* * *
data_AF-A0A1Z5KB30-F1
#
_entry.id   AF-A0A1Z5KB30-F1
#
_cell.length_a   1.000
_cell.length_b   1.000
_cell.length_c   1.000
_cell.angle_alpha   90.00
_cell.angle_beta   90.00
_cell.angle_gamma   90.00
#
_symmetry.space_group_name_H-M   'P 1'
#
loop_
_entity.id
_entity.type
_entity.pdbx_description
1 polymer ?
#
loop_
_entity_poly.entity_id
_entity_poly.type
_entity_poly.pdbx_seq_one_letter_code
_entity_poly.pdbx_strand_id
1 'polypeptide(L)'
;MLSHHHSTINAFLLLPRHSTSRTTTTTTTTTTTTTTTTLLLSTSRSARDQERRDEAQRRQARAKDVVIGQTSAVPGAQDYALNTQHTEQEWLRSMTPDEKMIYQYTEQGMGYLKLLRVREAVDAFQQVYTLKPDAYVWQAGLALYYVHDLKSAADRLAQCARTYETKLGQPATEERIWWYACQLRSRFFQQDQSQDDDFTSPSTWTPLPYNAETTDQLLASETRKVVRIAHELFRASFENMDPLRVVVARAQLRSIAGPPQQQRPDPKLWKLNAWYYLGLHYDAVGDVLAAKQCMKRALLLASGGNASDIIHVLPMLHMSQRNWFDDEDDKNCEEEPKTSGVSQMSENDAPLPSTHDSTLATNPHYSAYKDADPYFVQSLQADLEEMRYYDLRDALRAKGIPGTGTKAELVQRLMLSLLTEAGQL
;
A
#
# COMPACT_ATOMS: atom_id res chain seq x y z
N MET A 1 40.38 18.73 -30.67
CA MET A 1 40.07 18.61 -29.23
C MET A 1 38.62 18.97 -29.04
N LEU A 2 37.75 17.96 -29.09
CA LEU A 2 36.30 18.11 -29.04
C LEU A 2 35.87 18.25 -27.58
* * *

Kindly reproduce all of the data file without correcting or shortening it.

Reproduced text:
data_AF-A0A1Z5KB30-F1
#
_entry.id   AF-A0A1Z5KB30-F1
#
_cell.length_a   1.000
_cell.length_b   1.000
_cell.length_c   1.000
_cell.angle_alpha   90.00
_cell.angle_beta   90.00
_cell.angle_gamma   90.00
#
_symmetry.space_group_name_H-M   'P 1'
#
loop_
_entity.id
_entity.type
_entity.pdbx_description
1 polymer ?
#
loop_
_entity_poly.entity_id
_entity_poly.type
_entity_poly.pdbx_seq_one_letter_code
_entity_poly.pdbx_strand_id
1 'polypeptide(L)'
;MLSHHHSTINAFLLLPRHSTSRTTTTTTTTTTTTTTTTLLLSTSRSARDQERRDEAQRRQARAKDVVIGQTSAVPGAQDYALNTQHTEQEWLRSMTPDEKMIYQYTEQGMGYLKLLRVREAVDAFQQVYTLKPDAYVWQAGLALYYVHDLKSAADRLAQCARTYETKLGQPATEERIWWYACQLRSRFFQQDQSQDDDFTSPSTWTPLPYNAETTDQLLASETRKVVRIAHELFRASFENMDPLRVVVARAQLRSIAGPPQQQRPDPKLWKLNAWYYLGLHYDAVGDVLAAKQCMKRALLLASGGNASDIIHVLPMLHMSQRNWFDDEDDKNCEEEPKTSGVSQMSENDAPLPSTHDSTLATNPHYSAYKDADPYFVQSLQADLEEMRYYDLRDALRAKGIPGTGTKAELVQRLMLSLLTEAGQL
;
A
#
# COMPACT_ATOMS: atom_id res chain seq x y z
N MET A 1 40.38 18.73 -30.67
CA MET A 1 40.07 18.61 -29.23
C MET A 1 38.62 18.97 -29.04
N LEU A 2 37.75 17.96 -29.09
CA LEU A 2 36.30 18.11 -29.04
C LEU A 2 35.87 18.25 -27.58